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“The new law will be formulated in the coming weeks and help the struggle against the shameful and violent phenomena of cursing and spitting at women,” Livni wrote. “It will be another step toward equality between men and women in Israel in 2013.”
But the legislation could also heighten militancy in an ultra-Orthodox community whose state welfare benefits and military service exemptions are under threat by the new government Netanyahu formed in March.
Fears of vandalism by religious modesty squads have led advertisers in Jerusalem, a holy city with a large Jewish religious community, to avoid posting images of women on buses and billboards, or at least toning down their clothing.
Women who insist on sitting in the front of buses in Jerusalem have been subjected at times to verbal and sometimes physical assault.
Jerusalem’s Western Wall, one of Judaism’s holiest sites, and a bastion of ultra-Orthodox ritual practice, has also been at the forefront of a challenge championed by women.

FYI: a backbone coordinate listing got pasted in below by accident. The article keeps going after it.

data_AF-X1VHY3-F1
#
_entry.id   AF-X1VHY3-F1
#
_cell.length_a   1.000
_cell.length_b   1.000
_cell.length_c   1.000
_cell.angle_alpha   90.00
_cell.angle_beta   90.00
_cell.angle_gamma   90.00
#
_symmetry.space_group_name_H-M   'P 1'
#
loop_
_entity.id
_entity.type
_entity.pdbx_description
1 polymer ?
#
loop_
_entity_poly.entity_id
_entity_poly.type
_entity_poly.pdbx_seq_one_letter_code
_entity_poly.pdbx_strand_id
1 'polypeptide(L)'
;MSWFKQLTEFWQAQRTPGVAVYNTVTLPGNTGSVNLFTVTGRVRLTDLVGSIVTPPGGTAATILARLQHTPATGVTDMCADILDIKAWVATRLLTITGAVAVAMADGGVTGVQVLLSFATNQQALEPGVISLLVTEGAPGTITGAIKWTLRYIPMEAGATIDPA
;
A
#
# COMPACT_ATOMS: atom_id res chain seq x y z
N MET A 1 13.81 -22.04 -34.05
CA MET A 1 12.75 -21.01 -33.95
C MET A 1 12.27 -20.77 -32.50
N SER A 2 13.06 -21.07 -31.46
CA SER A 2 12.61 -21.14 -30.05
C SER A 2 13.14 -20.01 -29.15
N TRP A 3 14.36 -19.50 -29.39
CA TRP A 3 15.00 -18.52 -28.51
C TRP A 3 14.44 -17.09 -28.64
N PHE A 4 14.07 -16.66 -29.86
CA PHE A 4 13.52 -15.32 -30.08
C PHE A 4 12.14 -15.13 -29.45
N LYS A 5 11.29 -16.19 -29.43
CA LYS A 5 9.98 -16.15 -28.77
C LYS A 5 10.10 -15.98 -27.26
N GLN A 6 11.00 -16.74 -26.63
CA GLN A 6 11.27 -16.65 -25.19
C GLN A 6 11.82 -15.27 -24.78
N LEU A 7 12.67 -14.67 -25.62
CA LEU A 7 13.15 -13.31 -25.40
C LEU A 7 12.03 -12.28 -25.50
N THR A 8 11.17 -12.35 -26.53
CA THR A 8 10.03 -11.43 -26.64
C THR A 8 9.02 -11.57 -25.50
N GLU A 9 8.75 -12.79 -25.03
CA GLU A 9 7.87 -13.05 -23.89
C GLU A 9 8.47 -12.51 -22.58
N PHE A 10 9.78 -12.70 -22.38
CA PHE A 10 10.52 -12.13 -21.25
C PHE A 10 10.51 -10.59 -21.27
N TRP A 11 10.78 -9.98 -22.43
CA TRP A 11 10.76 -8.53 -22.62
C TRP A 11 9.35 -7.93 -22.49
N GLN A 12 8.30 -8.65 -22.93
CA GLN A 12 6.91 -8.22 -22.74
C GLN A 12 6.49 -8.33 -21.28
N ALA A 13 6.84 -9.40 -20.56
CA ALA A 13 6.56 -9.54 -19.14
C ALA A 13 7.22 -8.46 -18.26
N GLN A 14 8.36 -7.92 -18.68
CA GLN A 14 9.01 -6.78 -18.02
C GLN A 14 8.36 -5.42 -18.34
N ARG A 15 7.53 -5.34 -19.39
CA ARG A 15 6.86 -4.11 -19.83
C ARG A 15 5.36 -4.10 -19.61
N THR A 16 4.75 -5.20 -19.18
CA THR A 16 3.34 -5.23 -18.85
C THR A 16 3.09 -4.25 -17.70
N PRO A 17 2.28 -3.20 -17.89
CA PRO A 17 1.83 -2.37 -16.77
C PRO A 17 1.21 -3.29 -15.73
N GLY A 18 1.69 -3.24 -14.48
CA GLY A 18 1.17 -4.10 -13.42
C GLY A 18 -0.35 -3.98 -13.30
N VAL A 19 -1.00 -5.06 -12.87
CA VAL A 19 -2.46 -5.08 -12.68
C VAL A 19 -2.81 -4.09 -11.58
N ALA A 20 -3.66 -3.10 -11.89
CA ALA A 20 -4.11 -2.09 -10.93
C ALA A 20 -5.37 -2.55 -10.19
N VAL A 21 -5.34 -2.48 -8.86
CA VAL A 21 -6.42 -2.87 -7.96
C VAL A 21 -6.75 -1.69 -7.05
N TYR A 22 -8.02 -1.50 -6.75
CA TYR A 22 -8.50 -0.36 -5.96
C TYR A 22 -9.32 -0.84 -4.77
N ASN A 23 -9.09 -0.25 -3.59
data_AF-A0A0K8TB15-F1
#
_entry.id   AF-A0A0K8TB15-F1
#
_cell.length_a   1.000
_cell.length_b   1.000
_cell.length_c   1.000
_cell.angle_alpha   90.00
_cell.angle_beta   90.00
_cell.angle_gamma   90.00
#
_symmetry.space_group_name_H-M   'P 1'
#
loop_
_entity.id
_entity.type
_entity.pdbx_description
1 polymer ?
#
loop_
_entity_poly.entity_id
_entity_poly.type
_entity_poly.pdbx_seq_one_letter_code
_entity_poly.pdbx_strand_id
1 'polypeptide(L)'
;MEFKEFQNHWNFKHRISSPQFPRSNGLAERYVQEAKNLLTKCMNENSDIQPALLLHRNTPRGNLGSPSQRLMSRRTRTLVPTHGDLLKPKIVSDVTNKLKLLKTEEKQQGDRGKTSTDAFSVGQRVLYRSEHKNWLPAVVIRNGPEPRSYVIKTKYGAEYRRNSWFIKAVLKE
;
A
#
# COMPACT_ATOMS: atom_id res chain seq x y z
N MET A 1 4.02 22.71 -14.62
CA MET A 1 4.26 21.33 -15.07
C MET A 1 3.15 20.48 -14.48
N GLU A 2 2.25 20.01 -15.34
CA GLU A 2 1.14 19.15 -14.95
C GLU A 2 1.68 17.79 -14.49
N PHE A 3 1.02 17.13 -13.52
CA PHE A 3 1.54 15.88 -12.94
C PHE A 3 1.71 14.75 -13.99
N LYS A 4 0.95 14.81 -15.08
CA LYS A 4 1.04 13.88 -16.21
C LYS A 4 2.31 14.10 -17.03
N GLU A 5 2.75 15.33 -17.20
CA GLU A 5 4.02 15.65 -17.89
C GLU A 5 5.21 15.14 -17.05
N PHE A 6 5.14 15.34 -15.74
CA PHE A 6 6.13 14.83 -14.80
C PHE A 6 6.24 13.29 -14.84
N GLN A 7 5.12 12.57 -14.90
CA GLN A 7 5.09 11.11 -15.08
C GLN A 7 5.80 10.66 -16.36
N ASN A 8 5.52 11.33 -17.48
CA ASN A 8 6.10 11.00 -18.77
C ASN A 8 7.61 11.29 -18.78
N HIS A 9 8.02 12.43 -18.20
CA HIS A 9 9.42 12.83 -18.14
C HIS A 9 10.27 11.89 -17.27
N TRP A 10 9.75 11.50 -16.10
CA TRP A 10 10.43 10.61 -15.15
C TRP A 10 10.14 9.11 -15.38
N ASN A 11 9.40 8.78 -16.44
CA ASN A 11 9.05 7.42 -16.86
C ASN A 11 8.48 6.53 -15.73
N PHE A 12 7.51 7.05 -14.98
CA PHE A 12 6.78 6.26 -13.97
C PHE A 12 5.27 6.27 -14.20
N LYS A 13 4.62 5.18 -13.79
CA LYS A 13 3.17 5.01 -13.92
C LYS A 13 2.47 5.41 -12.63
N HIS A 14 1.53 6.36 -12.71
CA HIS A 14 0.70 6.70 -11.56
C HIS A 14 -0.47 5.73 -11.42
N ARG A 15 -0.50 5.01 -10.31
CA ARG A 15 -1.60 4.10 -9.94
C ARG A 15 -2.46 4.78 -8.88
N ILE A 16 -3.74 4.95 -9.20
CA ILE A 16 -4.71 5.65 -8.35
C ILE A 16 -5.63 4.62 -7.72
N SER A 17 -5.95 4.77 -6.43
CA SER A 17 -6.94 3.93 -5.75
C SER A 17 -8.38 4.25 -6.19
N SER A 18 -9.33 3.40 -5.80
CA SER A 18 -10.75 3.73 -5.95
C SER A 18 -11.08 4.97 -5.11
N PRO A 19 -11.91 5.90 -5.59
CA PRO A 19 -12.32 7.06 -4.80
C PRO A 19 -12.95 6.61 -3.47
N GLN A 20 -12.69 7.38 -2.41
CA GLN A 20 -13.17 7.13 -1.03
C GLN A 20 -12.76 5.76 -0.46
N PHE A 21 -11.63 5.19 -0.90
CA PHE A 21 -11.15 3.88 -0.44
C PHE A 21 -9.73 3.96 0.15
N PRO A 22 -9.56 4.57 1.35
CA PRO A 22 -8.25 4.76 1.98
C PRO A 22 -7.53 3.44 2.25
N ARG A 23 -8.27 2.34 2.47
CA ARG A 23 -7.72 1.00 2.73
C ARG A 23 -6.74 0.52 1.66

“Women of the Wall” - Jewish activists seeking equal rights at the holy place where men and women pray in separate sections - have gathered there monthly for worship sessions, donning prayer shawls in defiance of Orthodox tradition.
Israeli police have detained the women in the past for wearing the “talit”. But police say they will not intervene at the next gathering, on Friday, after a judge ruled the women were breaking no law.